Sending your opponents off to join Karador’s ghosts in the netherworld is simple as pie once you’ve got your engine up and running.
You’re running the suite of new and old aristocrats creatures, notably Blood Artist, Zulaport Cutthroat, and Elas il-Kor, Sadistic Pilgrim for good measure. Having at least one of these on the field is important for executing the infinite leave-the-battlefield/enters-the-battlefield loop with Karmic Guide, Saffi Eriksdotter, Reveillark, and any of your free sac outlets like Ashnod's Altar and Viscera Seer.
From there, you can let the aristocrats effect take the lead and deal an infinite amount of damage to your opponents. Or, should you lose access to your Blood Artists, you can make an infinitely huge Breathless Knight or Carrion Feeder, or infinitely loop Sakura-Tribe Elder until you’ve pulled every basic out of your deck, giving you enough mana to cast Sheoldred or Reya or Rise of the Dark Realms.
Protecting your strategy is a pain in this deck. Karador, Ghost Chieftain is expensive and takes a few turns to get going, even after it's on the field.
To help slow down the table, you’ve got a few spells to disincentivize attacking you. Aura of Silence and Ghostly Prison are the go-tos in this color combo for taxing attackers, while No Mercy and Grave Pact force an opponent to choose between their attacker and their damage.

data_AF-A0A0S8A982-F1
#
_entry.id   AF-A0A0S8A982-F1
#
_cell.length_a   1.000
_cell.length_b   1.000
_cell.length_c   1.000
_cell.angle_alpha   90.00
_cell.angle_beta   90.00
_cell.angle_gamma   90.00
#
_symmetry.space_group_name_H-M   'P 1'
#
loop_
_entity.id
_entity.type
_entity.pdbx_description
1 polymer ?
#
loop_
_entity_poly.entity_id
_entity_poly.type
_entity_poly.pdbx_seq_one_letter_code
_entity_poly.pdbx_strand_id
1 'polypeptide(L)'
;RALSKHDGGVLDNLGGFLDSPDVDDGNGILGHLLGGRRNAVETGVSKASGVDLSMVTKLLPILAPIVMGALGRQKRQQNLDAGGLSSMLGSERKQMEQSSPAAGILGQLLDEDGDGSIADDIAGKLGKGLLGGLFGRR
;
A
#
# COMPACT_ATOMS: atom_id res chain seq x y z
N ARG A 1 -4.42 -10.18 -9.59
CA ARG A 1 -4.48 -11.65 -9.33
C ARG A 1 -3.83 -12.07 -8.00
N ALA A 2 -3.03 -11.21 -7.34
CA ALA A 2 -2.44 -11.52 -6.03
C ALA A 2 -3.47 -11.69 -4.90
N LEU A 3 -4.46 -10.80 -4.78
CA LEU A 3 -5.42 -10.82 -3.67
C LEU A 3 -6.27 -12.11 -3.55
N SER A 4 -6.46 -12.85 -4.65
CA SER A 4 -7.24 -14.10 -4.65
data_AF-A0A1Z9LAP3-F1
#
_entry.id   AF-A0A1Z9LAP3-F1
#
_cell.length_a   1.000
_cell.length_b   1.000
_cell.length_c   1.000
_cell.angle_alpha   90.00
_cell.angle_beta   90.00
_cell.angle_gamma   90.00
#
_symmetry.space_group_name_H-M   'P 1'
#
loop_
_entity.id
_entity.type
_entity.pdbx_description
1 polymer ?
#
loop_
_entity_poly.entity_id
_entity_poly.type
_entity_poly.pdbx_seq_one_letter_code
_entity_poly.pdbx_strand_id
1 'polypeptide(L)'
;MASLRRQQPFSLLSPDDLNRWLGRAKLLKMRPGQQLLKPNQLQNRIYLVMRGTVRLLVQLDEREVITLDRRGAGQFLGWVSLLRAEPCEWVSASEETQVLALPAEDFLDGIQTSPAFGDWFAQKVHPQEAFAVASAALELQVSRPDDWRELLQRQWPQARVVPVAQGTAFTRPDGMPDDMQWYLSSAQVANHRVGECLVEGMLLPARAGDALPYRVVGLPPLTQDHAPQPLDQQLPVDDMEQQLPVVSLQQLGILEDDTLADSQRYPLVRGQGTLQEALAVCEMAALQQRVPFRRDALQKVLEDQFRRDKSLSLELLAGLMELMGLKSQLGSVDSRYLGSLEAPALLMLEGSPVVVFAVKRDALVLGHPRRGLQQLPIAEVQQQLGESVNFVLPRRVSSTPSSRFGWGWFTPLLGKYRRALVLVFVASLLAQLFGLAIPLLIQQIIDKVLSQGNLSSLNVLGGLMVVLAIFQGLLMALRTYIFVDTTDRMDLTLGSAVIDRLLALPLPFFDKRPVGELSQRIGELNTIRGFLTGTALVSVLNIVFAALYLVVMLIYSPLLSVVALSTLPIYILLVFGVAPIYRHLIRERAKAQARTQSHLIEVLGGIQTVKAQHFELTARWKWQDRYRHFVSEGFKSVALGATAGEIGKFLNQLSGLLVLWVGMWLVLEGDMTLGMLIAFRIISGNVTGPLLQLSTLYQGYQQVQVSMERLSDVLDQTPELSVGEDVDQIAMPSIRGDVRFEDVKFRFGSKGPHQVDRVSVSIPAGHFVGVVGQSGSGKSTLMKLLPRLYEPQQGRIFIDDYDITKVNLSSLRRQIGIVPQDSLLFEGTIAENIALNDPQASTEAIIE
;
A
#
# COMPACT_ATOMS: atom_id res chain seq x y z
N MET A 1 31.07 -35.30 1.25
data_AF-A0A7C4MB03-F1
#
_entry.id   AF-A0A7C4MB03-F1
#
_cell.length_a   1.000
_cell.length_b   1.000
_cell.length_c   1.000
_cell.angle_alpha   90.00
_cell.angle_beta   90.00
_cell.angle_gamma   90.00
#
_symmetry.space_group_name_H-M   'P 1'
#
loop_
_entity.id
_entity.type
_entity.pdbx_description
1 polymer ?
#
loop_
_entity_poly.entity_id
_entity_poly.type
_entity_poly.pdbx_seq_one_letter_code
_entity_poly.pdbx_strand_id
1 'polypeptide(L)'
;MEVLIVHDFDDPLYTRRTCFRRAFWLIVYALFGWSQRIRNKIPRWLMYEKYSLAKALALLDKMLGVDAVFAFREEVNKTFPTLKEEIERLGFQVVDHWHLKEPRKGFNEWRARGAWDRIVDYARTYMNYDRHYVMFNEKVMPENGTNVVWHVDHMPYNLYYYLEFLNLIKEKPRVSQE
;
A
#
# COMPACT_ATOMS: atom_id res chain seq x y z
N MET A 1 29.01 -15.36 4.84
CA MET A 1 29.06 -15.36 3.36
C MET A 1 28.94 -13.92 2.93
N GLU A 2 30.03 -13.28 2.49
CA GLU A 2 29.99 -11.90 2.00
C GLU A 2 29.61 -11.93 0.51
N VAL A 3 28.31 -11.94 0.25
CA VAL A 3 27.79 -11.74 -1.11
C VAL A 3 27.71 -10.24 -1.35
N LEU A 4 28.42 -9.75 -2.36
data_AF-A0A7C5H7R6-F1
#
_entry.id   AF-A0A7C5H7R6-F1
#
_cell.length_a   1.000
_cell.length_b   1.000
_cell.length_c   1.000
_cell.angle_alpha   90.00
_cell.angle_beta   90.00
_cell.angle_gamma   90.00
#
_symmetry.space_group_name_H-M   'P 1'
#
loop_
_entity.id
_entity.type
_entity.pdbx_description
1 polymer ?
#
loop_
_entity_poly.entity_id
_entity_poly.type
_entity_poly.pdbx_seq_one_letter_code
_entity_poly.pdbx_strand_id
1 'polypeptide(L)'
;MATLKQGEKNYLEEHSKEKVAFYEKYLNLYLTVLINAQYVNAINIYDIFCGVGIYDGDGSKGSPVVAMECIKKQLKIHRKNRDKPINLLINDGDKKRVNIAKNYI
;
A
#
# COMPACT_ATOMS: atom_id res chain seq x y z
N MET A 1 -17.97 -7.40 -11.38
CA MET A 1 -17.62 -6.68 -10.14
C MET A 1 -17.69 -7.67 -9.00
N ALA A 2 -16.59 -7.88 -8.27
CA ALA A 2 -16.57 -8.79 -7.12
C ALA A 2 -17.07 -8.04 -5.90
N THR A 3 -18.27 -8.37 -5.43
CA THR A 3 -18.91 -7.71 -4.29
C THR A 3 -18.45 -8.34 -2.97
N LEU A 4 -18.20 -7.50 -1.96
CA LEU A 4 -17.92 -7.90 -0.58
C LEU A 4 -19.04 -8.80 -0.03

Karador, Ghost Chieftain’s mana base is interesting because you don’t want too much noncreature ramp. The fewer creatures you have, the fewer hits you get on your self-mill, and the later you’ll have to cast your commander. That, and most of those noncreature ramp spells just end up as dead cards in your graveyard.
To mitigate this, the deck runs 34 lands with a focus on creature-based ramp. Llanowar Elves, Avacyn's Pilgrim, Elves of Deep Shadow, Millikin, and Skull Prophet are each mana dorks that are either cheap or mill cards alongside generating mana. Sakura-Tribe Elder and Satyr Wayfinder also find lands while putting cards in your graveyard.
This Karador, Ghost Chieftain deck sits at the midpoint between a combo deck and reanimator beatdown. Here’s the plan: Fill your graveyard with creatures as quickly as possible to keep Karador, Ghost Chieftain cheap and to keep its toolbox of answers full. Then, reanimate threats like Sheoldred, Whispering One to keep pressure on your opponents before you can set up an infinite loop with Karmic Guide to end the game.
I’m not recommending you keep a two-land hand in this deck, but I’m not saying it’s unplayable. With such a low average MV in this deck, you’re usually good to go with just four lands on turn 4. If you’ve been milling enough, Karador shouldn’t cost more than 3 or 4 mana, and you can refill your graveyard as soon as it’s removed.
That said, early game is all about ramping and protecting yourself. Drop your cheap toolbox and interaction cards like Haywire Mite and Elixir of Immortality early as they won’t draw much attention from your opponents. Use Aura of Silence and No Mercy to keep your opponents off your back until you can’t be ignored.
By the midgame you should have drawn into a tutor or two, and you’ll want to use them to set up for the game-ending combo. Buried Alive can grab all three creatures you need for the infinite enters/leaves-the-battlefield loop. If you’ve already got Karmic Guide or Reveillark, dig up Blood Artist and stick it on the field before running away with your combo.